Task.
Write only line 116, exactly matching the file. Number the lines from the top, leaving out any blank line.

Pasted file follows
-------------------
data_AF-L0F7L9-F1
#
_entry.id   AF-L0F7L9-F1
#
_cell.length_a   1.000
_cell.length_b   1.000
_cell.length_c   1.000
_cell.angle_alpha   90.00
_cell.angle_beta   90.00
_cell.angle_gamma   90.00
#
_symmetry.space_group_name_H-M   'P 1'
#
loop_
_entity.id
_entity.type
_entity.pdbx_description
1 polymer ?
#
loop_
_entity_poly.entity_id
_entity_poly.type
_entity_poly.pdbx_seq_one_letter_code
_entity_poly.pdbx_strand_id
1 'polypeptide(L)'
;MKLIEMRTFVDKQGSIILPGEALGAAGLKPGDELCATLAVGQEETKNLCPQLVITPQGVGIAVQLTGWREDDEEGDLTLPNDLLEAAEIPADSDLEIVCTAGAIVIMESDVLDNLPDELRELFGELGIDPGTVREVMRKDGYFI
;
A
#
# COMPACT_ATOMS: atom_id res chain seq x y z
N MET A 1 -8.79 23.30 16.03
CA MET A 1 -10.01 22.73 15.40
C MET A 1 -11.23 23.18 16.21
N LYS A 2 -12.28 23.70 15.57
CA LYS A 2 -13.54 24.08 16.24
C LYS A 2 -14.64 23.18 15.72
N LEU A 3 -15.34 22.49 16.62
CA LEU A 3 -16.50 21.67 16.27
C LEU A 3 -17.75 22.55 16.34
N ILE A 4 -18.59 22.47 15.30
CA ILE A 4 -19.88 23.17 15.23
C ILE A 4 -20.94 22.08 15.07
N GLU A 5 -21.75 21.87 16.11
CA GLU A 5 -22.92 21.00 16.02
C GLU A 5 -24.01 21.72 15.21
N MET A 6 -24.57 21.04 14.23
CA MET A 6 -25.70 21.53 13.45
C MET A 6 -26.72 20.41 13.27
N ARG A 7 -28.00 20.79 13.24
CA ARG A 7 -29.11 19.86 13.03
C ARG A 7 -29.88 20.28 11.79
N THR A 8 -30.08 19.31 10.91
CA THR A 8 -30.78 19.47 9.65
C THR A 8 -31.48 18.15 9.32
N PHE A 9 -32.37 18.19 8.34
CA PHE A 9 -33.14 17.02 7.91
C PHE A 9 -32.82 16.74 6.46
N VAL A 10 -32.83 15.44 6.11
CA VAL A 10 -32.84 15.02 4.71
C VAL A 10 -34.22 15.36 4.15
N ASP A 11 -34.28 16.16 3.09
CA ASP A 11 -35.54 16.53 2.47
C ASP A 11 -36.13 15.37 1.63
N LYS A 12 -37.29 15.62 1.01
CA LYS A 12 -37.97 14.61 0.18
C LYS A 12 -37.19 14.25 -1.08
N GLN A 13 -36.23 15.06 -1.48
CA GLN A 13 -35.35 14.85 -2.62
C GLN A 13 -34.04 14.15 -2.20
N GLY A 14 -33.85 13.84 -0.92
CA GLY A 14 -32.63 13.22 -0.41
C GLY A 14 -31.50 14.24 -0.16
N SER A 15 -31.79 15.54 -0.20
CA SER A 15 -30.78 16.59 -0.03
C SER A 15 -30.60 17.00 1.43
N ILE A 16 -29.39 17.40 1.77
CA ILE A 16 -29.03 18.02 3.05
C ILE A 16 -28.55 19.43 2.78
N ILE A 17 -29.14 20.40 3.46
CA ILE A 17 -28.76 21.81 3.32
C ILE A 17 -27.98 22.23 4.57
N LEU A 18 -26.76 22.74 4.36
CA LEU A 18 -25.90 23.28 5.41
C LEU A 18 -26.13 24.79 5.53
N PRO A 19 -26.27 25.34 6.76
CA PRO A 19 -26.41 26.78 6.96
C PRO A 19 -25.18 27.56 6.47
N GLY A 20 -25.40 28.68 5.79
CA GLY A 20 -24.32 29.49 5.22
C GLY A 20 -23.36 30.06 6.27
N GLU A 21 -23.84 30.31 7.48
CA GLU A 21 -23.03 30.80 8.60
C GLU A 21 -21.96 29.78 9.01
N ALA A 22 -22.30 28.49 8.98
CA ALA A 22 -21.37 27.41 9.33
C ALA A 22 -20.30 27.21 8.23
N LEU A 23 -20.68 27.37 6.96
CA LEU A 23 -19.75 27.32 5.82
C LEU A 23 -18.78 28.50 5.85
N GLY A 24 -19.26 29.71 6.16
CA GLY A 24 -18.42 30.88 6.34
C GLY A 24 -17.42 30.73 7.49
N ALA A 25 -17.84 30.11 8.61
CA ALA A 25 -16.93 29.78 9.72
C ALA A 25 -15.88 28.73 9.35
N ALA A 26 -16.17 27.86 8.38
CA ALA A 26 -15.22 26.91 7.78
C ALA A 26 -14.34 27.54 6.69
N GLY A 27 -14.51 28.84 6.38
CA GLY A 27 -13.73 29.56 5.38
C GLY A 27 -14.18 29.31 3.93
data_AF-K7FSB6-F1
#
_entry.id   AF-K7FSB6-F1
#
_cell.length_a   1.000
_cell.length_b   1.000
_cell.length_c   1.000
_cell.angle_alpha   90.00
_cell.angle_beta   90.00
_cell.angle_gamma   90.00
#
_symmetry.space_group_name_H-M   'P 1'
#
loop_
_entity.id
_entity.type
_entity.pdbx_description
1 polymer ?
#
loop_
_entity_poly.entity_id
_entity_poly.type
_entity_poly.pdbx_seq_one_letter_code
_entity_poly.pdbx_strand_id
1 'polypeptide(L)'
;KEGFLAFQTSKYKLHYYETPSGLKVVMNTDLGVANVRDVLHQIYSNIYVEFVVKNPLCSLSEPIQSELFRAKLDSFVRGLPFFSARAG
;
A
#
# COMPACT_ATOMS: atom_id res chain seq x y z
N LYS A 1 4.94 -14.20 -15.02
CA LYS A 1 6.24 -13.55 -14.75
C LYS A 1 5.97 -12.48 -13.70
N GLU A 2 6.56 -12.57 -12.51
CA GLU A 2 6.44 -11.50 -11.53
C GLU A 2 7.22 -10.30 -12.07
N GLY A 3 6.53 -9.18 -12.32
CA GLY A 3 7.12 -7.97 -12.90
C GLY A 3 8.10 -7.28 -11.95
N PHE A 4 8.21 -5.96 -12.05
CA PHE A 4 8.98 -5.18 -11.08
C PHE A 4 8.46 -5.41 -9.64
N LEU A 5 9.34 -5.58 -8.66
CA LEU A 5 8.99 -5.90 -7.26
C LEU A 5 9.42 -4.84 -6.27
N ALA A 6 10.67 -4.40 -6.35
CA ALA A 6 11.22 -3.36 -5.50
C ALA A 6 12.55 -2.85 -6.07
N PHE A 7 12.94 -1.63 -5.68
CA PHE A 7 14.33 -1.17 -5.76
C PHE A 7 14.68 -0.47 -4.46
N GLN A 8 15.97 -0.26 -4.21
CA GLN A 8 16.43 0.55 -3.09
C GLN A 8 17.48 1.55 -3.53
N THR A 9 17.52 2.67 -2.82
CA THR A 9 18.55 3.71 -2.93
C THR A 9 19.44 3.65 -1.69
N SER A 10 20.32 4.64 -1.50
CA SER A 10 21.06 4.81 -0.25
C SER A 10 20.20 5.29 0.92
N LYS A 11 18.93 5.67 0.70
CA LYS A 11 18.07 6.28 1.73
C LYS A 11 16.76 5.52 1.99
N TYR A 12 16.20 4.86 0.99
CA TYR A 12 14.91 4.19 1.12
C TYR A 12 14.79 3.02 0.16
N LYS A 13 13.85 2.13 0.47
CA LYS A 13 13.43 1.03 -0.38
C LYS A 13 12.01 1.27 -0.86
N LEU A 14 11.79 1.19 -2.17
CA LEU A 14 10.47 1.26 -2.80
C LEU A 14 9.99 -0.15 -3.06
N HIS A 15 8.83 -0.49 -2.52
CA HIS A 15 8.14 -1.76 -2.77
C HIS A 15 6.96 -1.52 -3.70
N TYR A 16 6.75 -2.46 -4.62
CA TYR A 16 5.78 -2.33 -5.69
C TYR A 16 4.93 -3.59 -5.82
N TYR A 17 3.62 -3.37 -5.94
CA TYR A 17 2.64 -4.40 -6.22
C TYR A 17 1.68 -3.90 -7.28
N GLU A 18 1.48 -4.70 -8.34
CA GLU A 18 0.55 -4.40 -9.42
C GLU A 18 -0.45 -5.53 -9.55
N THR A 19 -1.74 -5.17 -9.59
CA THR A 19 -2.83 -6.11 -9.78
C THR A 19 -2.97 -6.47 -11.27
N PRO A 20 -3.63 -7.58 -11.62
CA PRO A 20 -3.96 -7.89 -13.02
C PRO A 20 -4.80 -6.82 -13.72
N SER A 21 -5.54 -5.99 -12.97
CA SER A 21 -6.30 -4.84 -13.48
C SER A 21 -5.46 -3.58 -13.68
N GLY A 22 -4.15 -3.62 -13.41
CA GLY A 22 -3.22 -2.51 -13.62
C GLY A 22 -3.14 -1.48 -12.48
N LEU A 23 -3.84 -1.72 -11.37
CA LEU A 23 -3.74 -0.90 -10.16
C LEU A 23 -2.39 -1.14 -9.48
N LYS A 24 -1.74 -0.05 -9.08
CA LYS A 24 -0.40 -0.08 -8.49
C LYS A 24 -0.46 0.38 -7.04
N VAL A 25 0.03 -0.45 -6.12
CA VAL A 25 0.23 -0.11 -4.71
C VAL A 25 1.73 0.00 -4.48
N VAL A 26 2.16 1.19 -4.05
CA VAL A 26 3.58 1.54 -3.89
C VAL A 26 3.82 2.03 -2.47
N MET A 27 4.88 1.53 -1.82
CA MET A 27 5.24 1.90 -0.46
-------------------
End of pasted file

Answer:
_cell.length_a   1.000